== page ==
CBS Entertainment chairman Nina Tassler fielded questions Thursday at the Television Critics Association’s summer press tour, addressing major developments at the network — and, of course, The Good Wife‘s recent Emmy snub.
“I admit it, I’m still really pissed about The Good Wife,” she began. “But overall, the nominations were very good at CBS,” which lead all broadcasters with 45 total nods. (On the topic of the acclaimed-yet-not drama, Tassler after her press conference firmly refuted any suggestion that an end date is anywhere on the horizon.)
Another veteran series up for debate — or, rather, defense — was NCIS.
“Competitors may call it old-skewing; we call it a billion-dollar franchise,” Tassler said.
Other topics tackled by Tassler during her TCA exec session:
* On passing on How I Met Your Dad, she said, “You really have to look at all of the elements…. Craig [Thomas] and Carter [Bays] and Emily [Spivey] — we adore those guys and we want to stay in business with them. [But] some things about How I Met Your Dad worked, some things didn’t. We’d love the opportunity to take another shot. Big Bang wouldn’t have been Big Bang without redoing that pilot.”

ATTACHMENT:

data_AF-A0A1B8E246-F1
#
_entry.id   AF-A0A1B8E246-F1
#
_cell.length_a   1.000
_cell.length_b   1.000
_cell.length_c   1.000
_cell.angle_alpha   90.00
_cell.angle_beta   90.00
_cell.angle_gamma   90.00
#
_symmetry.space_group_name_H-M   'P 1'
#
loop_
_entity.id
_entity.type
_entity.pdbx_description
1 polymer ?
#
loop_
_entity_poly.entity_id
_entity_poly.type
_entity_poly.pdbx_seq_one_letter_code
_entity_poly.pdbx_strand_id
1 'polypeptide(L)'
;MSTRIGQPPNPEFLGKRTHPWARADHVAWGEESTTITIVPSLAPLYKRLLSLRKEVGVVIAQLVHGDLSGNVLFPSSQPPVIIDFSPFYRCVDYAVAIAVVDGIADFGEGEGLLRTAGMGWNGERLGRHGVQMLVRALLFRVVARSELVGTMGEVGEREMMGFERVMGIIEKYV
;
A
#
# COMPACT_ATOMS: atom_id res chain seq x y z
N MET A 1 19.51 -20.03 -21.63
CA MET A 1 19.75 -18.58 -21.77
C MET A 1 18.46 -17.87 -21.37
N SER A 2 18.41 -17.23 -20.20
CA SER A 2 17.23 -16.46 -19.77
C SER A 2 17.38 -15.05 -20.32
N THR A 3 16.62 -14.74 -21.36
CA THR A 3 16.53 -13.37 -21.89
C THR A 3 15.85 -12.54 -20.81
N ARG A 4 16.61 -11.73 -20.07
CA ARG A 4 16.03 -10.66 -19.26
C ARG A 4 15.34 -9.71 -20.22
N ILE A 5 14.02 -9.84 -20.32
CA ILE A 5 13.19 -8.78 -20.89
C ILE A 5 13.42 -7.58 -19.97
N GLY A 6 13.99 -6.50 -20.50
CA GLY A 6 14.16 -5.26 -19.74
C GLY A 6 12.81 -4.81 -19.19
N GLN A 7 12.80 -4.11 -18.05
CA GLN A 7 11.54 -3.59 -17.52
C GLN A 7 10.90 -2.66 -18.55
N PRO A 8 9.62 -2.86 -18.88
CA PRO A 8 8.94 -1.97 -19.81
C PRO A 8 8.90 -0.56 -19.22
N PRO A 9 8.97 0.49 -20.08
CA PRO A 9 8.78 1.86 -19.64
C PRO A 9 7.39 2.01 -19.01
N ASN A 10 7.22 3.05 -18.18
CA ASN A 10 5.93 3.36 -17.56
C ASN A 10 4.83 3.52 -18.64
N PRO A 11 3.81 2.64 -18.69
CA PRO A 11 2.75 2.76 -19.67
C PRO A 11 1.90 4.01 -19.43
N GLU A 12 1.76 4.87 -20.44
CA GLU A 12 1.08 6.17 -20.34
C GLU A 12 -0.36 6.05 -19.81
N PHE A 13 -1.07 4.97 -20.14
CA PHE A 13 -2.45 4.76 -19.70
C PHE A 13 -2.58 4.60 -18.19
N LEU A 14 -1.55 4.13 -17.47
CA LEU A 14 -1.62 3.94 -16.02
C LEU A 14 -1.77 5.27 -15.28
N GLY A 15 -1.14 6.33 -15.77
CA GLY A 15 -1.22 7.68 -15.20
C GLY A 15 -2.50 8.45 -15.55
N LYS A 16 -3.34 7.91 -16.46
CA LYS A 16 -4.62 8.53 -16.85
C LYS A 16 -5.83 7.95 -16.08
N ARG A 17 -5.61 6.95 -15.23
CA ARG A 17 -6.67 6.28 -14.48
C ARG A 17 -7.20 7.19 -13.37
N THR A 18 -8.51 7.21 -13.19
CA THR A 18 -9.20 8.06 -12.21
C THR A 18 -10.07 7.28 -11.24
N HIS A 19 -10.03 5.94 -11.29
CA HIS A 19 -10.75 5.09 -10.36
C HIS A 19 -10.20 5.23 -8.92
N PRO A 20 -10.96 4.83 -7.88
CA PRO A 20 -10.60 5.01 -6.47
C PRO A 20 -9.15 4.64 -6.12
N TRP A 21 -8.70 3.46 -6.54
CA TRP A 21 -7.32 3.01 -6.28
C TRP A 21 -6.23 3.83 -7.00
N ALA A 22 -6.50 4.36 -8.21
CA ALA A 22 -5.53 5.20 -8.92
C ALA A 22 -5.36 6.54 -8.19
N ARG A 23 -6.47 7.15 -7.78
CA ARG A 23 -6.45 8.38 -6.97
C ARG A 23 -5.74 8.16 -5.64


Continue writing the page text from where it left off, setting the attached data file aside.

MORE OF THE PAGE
* Speaking of The Big Bang Theory, Tassler asserted that CBS is “feeling very confident that everything will work out” in terms of the cast’s current contract negotiations.
* Also on the sitcom front, Tassler said she renewed The Millers over Friends With Better Lives because as a “family-centric comedy” it has comparatively “more stories yet to be told,” and not solely because CBS owns the former.
* The midseason drama Battle Creek — a Vince Gilligan project that was originally pitched to the network 12 years ago — was also further explained. “The year that Vince sold us that script, we bought it … and then he went across town and sold another little show [Breaking Bad] that kind of occupied his time for a couple years…. This was the first window of opportunity where he was free.”
* Former NCIS star Cote de Pablo’s upcoming Dovekeepers miniseries was briefly mentioned, but only in terms of maintaining diversity on the network.
* Though CBS hasn’t confirmed a date for Stephen Colbert to take over the Late Show, Tassler said talks have begun. They’ve also “had very early conversations [with Colbert] regarding format. We know he’s retiring his [Colbert Report] character. He does want an interview format. He’s thinking about [whether or not he'll have a band.]“
* As for who — and what — ends up following Colbert, Tassler said we might all be surprised. “There’s certainly a knee-jerk reaction to go for a more traditional, behind-the-desk interview format, but who knows? This is an opportunity us look at all kinds of hosts — not only from the comic world, but maybe the political world. Right now, we’re doing our homework and having a lot of meetings and talking. We want to make the right decision.”